Education and industry to unite at new University site

Posted on 1st March 2013

A world-class centre of excellence in Ellesmere Port, Cheshire, will remain at the forefront of scientific research and development as the University of Chester acquires the Shell Technology Centre, Thornton, thus championing investment in the North West.

The University of Chester has long been synonymous with ensuring that Cheshire West and Chester is ‘open for business,’ and our commitment at Thornton could bring up to 2,000 jobs to Ellesmere Port over the next five years, together with perpetuating Shell’s distinguished reputation.
Professor Tim Wheeler, Vice-Chancellor

As one of the biggest public/private sector collaborations the county has seen in recent years, the move will acknowledge almost 75 years of advanced research undertaken by Shell.

This considerable legacy, will now be applied by the University to continue to promote and progress research and innovation at the site.

The University’s offering at Thornton can be summarised as three-fold:

  • Establishing an internationally-renowned campus, aligning students directly with food, engineering and chemicals industries, with the creation of the University’s eighth Faculty – that of Engineering and Technology;

  • Accommodating pre-start and high growth small and medium enterprises (SMEs) from the environment, engineering, advanced manufacturing and automotive sectors, by offering 22 ‘incubator’ spaces on-site, to access specialist knowledge, expertise, facilities and equipment;

  • Further unlocking the region’s economic potential, through attracting and retaining multi-national firms by providing attractive commercial options for partnerships with the University and other stakeholders at a dedicated science park within the M56/A55 Industrial Innovation Corridor.

This will include an international-standard Food Processing and Sensory Solutions Centre (conducting work on areas including product testing and development) and communal laboratory and office space.

The scale and scope of the University’s Thornton plans will mean many new employment opportunities in Ellesmere Port, not only associated with the academic provision, but also with the day-to-day operation of the site in its newly extended roles.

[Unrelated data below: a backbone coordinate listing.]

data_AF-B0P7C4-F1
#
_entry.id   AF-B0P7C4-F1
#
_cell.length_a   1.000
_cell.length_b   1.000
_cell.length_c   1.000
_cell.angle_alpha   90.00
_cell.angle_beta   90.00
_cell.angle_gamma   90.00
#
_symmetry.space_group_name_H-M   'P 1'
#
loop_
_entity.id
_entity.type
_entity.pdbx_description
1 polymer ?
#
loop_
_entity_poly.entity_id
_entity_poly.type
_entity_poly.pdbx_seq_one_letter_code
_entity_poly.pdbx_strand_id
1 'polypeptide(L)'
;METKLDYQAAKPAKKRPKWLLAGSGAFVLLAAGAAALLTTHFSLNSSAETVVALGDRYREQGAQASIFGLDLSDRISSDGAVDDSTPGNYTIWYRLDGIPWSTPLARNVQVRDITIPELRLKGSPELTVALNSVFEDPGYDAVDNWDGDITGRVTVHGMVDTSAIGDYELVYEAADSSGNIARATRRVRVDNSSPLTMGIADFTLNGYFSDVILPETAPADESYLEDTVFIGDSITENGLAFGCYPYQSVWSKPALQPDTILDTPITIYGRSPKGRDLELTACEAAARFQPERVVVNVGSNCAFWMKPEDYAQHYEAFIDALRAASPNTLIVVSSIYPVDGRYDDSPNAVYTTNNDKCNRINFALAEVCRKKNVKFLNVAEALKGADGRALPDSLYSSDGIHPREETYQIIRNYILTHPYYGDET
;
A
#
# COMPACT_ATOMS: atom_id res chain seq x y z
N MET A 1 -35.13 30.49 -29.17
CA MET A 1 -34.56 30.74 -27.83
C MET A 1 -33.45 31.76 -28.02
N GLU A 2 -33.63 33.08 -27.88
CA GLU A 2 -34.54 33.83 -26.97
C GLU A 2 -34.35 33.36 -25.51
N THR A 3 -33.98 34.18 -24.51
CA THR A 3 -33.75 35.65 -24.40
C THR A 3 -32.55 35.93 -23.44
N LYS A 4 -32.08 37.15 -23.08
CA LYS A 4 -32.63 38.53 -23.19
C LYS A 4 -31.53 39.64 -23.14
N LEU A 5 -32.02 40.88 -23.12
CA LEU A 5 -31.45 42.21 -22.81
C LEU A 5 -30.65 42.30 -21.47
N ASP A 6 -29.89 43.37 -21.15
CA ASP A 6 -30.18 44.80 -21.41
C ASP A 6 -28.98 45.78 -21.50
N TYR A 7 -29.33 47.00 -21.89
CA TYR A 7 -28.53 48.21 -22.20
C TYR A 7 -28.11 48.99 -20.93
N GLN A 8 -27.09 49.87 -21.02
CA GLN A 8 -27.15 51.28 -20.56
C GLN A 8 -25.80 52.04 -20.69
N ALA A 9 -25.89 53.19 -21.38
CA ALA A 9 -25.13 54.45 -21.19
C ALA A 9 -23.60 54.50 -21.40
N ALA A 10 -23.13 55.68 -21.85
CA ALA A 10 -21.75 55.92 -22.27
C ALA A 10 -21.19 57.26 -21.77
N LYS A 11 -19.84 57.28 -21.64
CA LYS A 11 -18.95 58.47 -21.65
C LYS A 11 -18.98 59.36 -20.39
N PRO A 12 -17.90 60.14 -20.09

Professor Tim Wheeler, the University’s Vice-Chancellor, said: “The University of Chester has long been synonymous with ensuring that Cheshire West and Chester is ‘open for business,’ and our commitment at Thornton could bring up to 2,000 jobs to Ellesmere Port over the next five years, together with perpetuating Shell’s distinguished reputation.

"Thornton, with 1,100,000 square feet of space in 48 buildings, is the most substantial acquisition in the University’s history, as the institution enters its 175th year and the next phase in its evolution, which should see it sitting more prominently on the international stage – and taking Cheshire West and Chester with it.

“The Engineering and Technology agenda is very much a growth area for the University and the region and will complement both their existing strengths. It is also a national priority in terms both of education and training, innovation and business, so understandably, Thornton is already attracting significant interest.

"The University's vision for the Thornton site is to build on the excellent foundations laid by Shell to create an internationally-recognised, financially self-sustaining and multi-disciplinary campus that targets and stimulates private sector growth through employment, education and inward investment. It will integrate students with employers and employees.”

As a registered charity, the University will take legal ownership of the 66-acre site through a ‘gifting’ agreement with Shell, which is currently relocating its operations to a number of other premises in the UK and overseas.

Ed Daniels, Chairman, Shell UK: “We are delighted to have reached an agreement with the University of Chester which will ensure that innovation and technology will remain a key contributor to the local and regional economy and community and which builds on Shell’s long history of manufacturing and technical innovation in the region. The University has formed some very exciting and robust plans for the development of the site and we wish them the very best in bringing these to fruition”

The University already contributes more than £298 million per year to the region's economy. It has the potential to secure an initial £35.8 million in capital funding to support Thornton's future regeneration as a science park, incorporating corresponding educational and business development activities.

Considerable further investment will result from:

  • The ongoing revenue from up to 500 additional student places (15% of them postgraduates) recruited over the next five years;

  • Government funding specific to the academic programmes associated with Thornton;

  • Rental income from businesses occupying workshops and offices and using laboratory facilities;

  • Consultancy fees from research and knowledge transfer projects.